Trevor Noah's "c**k-block" question: Sexist language isn't clever or funny — especially not in this campaign

Last night's Debbie Wasserman Schultz interview highlights big problem areas for "The Daily Show" host

Published April 5, 2016 4:38PM (EDT)

Debbie Wasserman Schultz on "The Daily Show with Trevor Noah," April 4, 2016.   (Comedy Central)
Debbie Wasserman Schultz on "The Daily Show with Trevor Noah," April 4, 2016. (Comedy Central)

It’s probably not from listening to his critics in the press, but Trevor Noah has become more prepared, more serious, and more focused in his interviewing of political figures. Last night’s interview with DNC chair Debbie Wasserman Schultz showed the “Daily Show” host getting closer to Jon Stewart territory. But he’s still falling short, and last night it was mostly from what tennis rules call an unforced error.

Wasserman Schultz, who is also a Florida Congresswoman, is widely disliked by the left side of the party, and is considered to be in the tank for Hillary Clinton. The calls for her to resign from the DNC have been building, especially from Bernie Sanders supporters.

She didn’t do anything pro or con her reputation Monday night, which will go down in history for Noah’s indelicate question about the DNC and Bernie Sanders. It did show the host at his best and worst, though. "A lot of people feel,” he asked her, “and I'm going to paraphrase, that Bernie is being cock-blocked by the DNC. Is there any merit to this?"

To some, it showed Noah getting more serious. Esquire, for instance, called it a Stewart-like moment. It definitely shows that Noah has more guts at confronting politicians than he used to.

But there were two problems with this. The first is that the DNC chair dodged the question this way:

As powerful as that makes me feel, I'm not doing a very good job of rigging the outcome or … blocking anyone from being able to get their message out. The reality is I have a job as a national party chair that one I have a thick skin and requires me to absorb the body blows so our candidates can stay above the fray, and if I have to take a few punches so they can get their message out then so be it.

Did that really enlighten us at all? He allows Wasserman Schultz not only to avoid answering, but to make herself look tough for taking those punches. Noah was clearly prepared with good questions but not with the ability to follow it up.

The other problem with the cock-block issue is that even though the term sounds like a playful piece of slang, it’s at least passively sexist. (It’s about stopping a guy from “scoring,” after all.) Whether it’s seriously sexist, or just a little bit, is something we can debate. But why would you use a phrase like that in a race that’s had an unpleasant gender subtext? In which at least some of the opposition to Clinton – and there are plenty of good reasons to oppose her – has been misogynist?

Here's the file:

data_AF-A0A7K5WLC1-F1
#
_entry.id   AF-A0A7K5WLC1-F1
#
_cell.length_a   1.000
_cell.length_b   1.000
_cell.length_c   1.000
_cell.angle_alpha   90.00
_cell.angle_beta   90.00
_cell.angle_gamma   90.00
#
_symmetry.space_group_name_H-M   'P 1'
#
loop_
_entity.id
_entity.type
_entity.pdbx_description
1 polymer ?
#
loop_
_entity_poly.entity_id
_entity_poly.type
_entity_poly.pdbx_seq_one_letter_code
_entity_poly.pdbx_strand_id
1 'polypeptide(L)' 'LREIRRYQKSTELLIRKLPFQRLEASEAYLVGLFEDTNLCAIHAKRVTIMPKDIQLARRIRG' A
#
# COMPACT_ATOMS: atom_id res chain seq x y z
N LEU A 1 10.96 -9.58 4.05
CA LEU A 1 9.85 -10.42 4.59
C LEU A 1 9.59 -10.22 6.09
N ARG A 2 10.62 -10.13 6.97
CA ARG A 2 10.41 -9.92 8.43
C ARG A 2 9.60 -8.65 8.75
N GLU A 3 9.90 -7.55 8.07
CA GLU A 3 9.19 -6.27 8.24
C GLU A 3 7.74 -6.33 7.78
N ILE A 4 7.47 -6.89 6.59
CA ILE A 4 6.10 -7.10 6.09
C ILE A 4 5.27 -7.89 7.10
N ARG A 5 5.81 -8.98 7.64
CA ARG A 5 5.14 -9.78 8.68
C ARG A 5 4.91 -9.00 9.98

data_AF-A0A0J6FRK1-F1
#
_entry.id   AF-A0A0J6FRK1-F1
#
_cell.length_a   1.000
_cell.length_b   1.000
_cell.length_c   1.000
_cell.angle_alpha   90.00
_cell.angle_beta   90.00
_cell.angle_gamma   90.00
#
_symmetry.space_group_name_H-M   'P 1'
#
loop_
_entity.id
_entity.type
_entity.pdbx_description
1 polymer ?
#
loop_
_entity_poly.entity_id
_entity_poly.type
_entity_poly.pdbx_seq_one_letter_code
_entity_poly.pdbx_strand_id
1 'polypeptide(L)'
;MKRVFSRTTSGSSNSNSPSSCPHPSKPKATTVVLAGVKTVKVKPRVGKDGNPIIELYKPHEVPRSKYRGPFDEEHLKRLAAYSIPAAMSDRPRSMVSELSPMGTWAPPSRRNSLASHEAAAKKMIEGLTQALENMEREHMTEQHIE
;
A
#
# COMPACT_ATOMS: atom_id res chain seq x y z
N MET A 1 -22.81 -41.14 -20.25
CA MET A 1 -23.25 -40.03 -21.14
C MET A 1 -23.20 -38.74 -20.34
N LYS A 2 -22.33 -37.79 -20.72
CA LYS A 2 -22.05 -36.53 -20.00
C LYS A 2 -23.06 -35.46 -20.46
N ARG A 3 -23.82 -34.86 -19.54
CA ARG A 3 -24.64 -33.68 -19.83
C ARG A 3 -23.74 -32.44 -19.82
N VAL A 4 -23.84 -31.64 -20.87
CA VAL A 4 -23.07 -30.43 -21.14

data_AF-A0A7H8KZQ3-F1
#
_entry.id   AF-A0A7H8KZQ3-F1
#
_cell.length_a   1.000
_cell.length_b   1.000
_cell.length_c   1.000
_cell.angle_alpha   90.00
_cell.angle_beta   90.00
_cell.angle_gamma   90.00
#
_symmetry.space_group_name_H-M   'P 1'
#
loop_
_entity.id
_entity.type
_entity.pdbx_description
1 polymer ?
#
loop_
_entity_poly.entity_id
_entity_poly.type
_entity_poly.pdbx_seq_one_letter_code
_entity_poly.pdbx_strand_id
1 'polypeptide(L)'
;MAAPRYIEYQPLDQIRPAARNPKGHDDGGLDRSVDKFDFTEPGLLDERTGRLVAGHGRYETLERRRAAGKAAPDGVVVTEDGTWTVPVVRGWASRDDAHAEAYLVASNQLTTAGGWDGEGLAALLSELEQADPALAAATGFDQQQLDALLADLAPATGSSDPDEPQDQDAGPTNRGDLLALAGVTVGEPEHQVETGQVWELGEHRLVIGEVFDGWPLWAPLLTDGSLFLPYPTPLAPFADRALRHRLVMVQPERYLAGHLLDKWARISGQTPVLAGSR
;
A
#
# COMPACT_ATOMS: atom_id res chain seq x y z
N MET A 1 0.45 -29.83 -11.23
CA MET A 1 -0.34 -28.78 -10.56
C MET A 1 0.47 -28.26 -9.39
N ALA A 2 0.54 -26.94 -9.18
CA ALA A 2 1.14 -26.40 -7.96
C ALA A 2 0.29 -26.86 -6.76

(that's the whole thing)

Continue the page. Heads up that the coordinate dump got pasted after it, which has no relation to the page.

It’s too bad, because otherwise Noah seemed more informed than usual. He led off by asking about the increasing rancor in the Democratic race, and followed up his questions several times. He asked about Bernie fighting back at Clinton on Twitter, asked whether Super Delegates were anti-democratic, and brought up Susan Sarandon’s comment about a Trump victory. On balance, this was a much better interview than most of Noah’s encounters with politicians.

He’s clearly plenty smart. But Noah errs by being too breezy, too cute.

He let the DNC chair boast about the Democratic race and criticize the Republicans – she managed to unleash a huge number of clichés, from “at the end of the day” and “the best and the brightest” to “get down to brass tacks” and ”roll up our sleeves” – and she certainly ran away with the conversation a few times. (Noah was surprised she talked about the Republican clown car?) He failed to ask her about payday lenders, which choke people short on cash, including in Wasserman Schultz’s home state.

But on balance, he’s getting sharper.

People who say Noah isn‘t funny are missing the appeal of a very good, sometimes great, comedian. And those early charges that he was a sexist because of his tweets before he joined “The Daily Show” full-time have not gone anywhere mostly because he’s generally been respectful to women and avoided obnoxious comments.

So last night was both a step forward and a step back. Noah is a substantial talent. But he needs to avoid going for the easy laugh when he’s dealing with a serious issue.

By Scott Timberg

Scott Timberg is a former staff writer for Salon, focusing on culture. A longtime arts reporter in Los Angeles who has contributed to the New York Times, he runs the blog Culture Crash. He's the author of the book, "Culture Crash: The Killing of the Creative Class."

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Bernie Sanders Daily Show Hillary Clinton Jon Stewart Trevor Noah